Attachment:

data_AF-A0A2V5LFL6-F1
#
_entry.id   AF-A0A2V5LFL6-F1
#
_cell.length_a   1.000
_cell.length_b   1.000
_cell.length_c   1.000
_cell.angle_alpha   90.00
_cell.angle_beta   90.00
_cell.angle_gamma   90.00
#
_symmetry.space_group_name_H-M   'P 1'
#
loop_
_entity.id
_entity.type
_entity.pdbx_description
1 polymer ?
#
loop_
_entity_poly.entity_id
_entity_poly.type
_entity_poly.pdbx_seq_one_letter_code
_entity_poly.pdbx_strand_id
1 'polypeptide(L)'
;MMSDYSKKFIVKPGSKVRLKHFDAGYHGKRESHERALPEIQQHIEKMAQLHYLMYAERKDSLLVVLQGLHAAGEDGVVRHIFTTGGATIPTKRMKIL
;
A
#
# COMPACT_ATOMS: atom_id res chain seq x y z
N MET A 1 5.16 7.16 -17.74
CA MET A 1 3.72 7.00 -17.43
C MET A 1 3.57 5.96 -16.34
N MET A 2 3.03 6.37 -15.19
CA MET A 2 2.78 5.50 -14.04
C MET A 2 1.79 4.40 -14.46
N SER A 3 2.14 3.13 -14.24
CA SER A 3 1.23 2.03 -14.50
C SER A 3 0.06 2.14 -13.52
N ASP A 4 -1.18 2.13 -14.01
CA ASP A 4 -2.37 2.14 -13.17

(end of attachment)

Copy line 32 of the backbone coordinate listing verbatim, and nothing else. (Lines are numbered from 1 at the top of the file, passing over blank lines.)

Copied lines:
CA MET A 1 3.72 7.00 -17.43